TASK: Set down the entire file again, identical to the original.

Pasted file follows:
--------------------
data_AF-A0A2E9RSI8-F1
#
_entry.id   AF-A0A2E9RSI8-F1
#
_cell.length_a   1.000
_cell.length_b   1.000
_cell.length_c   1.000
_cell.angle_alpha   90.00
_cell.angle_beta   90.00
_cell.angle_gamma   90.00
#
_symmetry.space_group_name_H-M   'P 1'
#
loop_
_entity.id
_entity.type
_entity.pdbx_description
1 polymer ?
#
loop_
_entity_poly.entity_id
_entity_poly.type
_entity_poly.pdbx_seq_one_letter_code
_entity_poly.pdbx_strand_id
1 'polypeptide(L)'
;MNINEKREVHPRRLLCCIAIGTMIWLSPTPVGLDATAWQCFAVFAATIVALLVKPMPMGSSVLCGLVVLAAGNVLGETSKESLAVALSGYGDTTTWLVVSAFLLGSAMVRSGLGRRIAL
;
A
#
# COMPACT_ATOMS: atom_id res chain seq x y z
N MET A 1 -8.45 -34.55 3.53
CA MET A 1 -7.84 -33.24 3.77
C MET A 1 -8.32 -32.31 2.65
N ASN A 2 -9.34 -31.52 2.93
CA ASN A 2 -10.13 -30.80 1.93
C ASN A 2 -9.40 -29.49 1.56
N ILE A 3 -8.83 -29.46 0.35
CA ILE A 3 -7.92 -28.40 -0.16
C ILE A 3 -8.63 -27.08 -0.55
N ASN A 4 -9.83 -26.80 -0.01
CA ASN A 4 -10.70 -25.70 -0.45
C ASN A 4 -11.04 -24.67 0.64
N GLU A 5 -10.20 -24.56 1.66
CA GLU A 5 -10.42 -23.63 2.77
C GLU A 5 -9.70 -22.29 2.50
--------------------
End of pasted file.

data_AF-A0A2E9RSI8-F1
#
_entry.id   AF-A0A2E9RSI8-F1
#
_cell.length_a   1.000
_cell.length_b   1.000
_cell.length_c   1.000
_cell.angle_alpha   90.00
_cell.angle_beta   90.00
_cell.angle_gamma   90.00
#
_symmetry.space_group_name_H-M   'P 1'
#
loop_
_entity.id
_entity.type
_entity.pdbx_description
1 polymer ?
#
loop_
_entity_poly.entity_id
_entity_poly.type
_entity_poly.pdbx_seq_one_letter_code
_entity_poly.pdbx_strand_id
1 'polypeptide(L)'
;MNINEKREVHPRRLLCCIAIGTMIWLSPTPVGLDATAWQCFAVFAATIVALLVKPMPMGSSVLCGLVVLAAGNVLGETSKESLAVALSGYGDTTTWLVVSAFLLGSAMVRSGLGRRIAL
;
A
#
# COMPACT_ATOMS: atom_id res chain seq x y z
N MET A 1 -8.45 -34.55 3.53
CA MET A 1 -7.84 -33.24 3.77
C MET A 1 -8.32 -32.31 2.65
N ASN A 2 -9.34 -31.52 2.93
CA ASN A 2 -10.13 -30.80 1.93
C ASN A 2 -9.40 -29.49 1.56
N ILE A 3 -8.83 -29.46 0.35
CA ILE A 3 -7.92 -28.40 -0.16
C ILE A 3 -8.63 -27.08 -0.55
N ASN A 4 -9.83 -26.80 -0.01
CA ASN A 4 -10.70 -25.70 -0.45
C ASN A 4 -11.04 -24.67 0.64
N GLU A 5 -10.20 -24.56 1.66
CA GLU A 5 -10.42 -23.63 2.77
C GLU A 5 -9.70 -22.29 2.50